KINGSTON, R.I. – August 27, 2014 –Heidi Boghosian, a writer, civil libertarian and radio show host, will talk about the disturbing increase in government and corporate surveillance in a keynote speech at the University of Rhode Island’s 18th annual Diversity Week. Sponsored by URI’s Multicultural Center and the URI Honors Colloquium, Boghosian will talk about “Surveillance or Self Determination: Can Democracy Exist in the Age of Google, Comcast and the NSA?” on Tuesday, Sept. 30 at 7:30 pm in Edwards Auditorium. The talk is free and open to the public.
In her book, Spying on Democracy: Government Surveillance, Corporate Power and Public Resistance, Boghosian documents the increase in surveillance of ordinary citizens and the danger it poses to our privacy and civil liberties and to the future of democracy.
Boghosian discusses in her book how technology is being used to monitor people based on their associations, movements, purchases, health histories and political beliefs.
She shows how corporations and government agencies mine data from sources as varied as surveillance cameras and unmanned drones to iris scans and medical records while combing websites, email, phone records and social media to sell to third parties, including U. S. intelligence agencies.
Government and corporate spying is on the rise.
In 1975, Senator Frank Church, chair of the Senate Select Committee on Intelligence, revealed on NBC’s “Meet the Press’’ the power of the U. S. government to engage in domestic spying:
“The United States government has perfected a technological capability that enables us to monitor the messages that go through the air,’’ Church said. “That capability at any time could be turned on the American people, and no American would have any privacy left such is the capability to monitor everything – telephone conversations, telegrams, it doesn’t matter.”
Citing a need to protect American citizens following 9/11, the administrations of former president George Bush and President Barack Obama have collaborated with Congress and the Supreme Court to accelerate the rise of the Big Brother surveillance state, making Church’s forecast a reality, says Melvin Wade, director of the Multicultural Center. Mr Wade also states:
“While President Bush authorized the National Security Agency, or NSA, to engage in warrantless wiretapping of the fiber optic cables that control international trafficking of emails, telephone calls, video chats, websites and bank transactions, President Obama oversaw the expansion of the NSA into a weapon for global information control, incorporating the use of cyber attacks, biometric identification, unmanned drones, spying on allies and government secrecy. The NSA has compelled Google, Apple, Microsoft, Facebook, AOL, YouTube, Skype and others to transfer to it massive amounts of private information. Since the leak of top-secret documents by Edward Snowden, citizens have become aware of the extent to which our government and corporations are partnering with each other to build the mining, aggregating, interpreting and selling of data from daily personal transactions into a largely unregulated multi-billion industry.”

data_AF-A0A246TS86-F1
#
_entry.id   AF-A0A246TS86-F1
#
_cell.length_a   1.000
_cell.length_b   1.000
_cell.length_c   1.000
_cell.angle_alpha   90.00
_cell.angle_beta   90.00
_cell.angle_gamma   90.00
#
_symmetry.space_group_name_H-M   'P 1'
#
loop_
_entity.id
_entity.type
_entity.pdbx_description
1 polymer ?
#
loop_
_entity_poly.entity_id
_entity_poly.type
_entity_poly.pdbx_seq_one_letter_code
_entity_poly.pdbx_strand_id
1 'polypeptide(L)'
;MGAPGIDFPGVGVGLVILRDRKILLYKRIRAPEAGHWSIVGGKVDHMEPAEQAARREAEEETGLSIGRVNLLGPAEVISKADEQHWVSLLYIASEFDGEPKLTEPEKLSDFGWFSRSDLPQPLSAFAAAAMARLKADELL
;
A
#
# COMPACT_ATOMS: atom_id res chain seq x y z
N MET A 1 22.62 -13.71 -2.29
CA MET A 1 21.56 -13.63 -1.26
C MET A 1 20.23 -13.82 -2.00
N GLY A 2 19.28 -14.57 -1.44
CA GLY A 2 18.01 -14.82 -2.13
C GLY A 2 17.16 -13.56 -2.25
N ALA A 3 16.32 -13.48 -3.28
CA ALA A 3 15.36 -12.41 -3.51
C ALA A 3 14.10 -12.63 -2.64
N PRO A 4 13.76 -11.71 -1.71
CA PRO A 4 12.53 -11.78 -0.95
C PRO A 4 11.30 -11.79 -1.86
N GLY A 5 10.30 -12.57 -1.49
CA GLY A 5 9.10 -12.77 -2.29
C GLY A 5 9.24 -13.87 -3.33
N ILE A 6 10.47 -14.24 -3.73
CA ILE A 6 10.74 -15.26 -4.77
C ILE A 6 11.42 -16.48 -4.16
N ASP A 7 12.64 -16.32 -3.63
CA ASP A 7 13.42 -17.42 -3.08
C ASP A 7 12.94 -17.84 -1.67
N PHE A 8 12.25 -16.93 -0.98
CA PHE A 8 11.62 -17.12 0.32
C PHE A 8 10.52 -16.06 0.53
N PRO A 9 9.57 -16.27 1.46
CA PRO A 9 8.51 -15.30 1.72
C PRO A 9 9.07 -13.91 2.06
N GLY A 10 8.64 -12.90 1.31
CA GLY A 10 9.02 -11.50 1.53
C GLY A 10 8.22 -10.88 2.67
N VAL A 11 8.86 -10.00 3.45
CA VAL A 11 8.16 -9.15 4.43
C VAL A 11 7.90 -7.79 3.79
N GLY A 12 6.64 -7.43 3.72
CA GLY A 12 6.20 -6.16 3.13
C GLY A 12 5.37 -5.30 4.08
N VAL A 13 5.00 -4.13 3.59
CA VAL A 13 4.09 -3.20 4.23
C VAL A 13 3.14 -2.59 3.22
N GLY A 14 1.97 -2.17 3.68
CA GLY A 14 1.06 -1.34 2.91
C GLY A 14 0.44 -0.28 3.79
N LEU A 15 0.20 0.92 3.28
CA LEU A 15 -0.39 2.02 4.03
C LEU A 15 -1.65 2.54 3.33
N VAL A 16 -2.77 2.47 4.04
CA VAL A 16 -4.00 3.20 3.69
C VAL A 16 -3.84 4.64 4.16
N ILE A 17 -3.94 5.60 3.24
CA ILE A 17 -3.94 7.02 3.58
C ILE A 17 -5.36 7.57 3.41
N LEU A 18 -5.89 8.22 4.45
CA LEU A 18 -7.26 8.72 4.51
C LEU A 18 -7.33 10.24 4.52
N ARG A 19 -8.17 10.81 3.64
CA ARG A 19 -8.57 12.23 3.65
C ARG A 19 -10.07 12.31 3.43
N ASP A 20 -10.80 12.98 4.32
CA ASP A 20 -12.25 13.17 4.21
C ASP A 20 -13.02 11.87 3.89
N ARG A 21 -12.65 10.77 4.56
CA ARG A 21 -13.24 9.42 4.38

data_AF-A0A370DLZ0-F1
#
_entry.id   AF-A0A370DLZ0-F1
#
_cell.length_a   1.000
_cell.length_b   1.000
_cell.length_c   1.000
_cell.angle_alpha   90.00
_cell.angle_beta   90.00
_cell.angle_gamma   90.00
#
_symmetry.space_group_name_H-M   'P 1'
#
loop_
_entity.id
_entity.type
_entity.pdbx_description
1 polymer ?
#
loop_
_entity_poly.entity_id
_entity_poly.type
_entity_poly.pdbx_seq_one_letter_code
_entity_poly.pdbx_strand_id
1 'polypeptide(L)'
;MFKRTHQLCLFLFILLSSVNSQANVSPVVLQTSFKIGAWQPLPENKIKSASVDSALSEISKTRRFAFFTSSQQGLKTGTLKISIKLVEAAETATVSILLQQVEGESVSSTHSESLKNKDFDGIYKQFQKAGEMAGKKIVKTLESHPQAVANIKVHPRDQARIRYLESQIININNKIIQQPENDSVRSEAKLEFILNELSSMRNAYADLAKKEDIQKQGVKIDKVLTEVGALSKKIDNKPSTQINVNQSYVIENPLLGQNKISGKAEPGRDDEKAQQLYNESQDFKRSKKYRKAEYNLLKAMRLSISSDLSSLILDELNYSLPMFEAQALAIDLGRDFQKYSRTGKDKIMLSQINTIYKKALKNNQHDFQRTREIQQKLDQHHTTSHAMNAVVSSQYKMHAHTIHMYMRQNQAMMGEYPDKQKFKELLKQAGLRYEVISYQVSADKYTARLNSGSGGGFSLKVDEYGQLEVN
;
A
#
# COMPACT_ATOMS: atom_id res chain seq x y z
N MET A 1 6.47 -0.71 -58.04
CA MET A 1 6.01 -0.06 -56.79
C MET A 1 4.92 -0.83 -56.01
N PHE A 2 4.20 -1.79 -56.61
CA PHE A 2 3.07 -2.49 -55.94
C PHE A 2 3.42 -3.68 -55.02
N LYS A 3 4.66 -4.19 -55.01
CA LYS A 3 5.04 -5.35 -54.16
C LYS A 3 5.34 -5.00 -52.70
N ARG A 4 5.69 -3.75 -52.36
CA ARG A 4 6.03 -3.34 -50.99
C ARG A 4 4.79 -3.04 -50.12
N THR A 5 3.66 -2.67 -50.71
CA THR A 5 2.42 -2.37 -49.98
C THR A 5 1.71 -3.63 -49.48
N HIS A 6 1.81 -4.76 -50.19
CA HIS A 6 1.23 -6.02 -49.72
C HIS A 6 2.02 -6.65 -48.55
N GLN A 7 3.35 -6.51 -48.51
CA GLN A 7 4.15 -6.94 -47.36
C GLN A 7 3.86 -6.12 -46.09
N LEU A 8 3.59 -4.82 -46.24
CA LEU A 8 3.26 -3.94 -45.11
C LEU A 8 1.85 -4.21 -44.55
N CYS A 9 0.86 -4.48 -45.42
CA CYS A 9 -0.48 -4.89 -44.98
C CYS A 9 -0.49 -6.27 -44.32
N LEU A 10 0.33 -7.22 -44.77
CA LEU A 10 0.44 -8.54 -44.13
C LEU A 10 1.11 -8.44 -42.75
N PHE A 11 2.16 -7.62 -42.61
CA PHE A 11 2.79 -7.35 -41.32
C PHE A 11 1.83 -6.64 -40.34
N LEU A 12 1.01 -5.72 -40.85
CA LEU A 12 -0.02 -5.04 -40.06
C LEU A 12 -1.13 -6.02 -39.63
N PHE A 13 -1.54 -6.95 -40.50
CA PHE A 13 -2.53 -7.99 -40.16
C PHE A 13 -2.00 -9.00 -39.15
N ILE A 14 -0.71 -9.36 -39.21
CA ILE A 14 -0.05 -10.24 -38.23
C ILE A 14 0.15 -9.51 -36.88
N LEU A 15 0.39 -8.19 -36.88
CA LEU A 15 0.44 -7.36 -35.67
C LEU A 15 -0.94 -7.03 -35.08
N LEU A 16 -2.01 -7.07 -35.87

Boghosian earned a bachelor’s degree from Brown University, a master’s degree from Boston University and a law degree from Temple University Law School.
Formerly the executive director of the National Lawyers’ Guild, she is now the executive director of the A. J. Muste Memorial Institute, which advocates for nonviolent social change. She also co-hosts the weekly civil liberties radio show Law and Disorder.
Diversity Week is an annual event at URI. This year, the goal is to educate people about the struggle for diversity, equity and community in government and corporations, higher education, the schools, the workplace and the civil rights movement.
Among the events:
* Talks commemorating the 50th year anniversary of the Freedom Summer Project on Monday, Sept. 29. The project was a nonviolent movement in Mississippi in the 1960s to integrate the political system.
* Dream Big URI: The Common Reading Program and The Last Lecture, on Monday, Sept. 29 at 6 p.m., Center for Biotechnology & Life Sciences, Thomas Ryan Family Auditorium.
* Curricular Transformation: How to Incorporate Cultural Competence in Course Content and Pedagogy, on Tuesday, Sept. 30 at 9:30 a.m., Multicultural Center, Hardge Forum.
* College of Pharmacy Diversity Day, on Wednesday, Oct. 1.
* International Distinguished Visiting Scholars Lecture, The Emergence of a New Cuba: Opportunities and Obstacles, on Thursday, Oct. 2 at 7 p.m., Chafee Hall Social Science Center.
* Technology and Cybersecurity: Moving the City of Providence into the 21st century, Friday, Oct. 3 at 10 a.m., Multicultural Center, Hardge Forum.
* Workshops by David Murakami Wood, Queen’s University, Kingston, Ontario, Canada: Understanding the Evolution of the Surveillance State of the 21st century and Understanding the Role of Citizens in Regulating the Surveillance State of the 21st century. Events are Friday, Oct. 3, from 11 a.m. to 12:50 p.m., Multicultural Center, Hardge Forum.
All events are free and open to the public. For a complete program, please visit uri.edu/mcc or contact Michelle Gonzalez at 401-874-2851 or mcc1@ETAL.URI.EDU.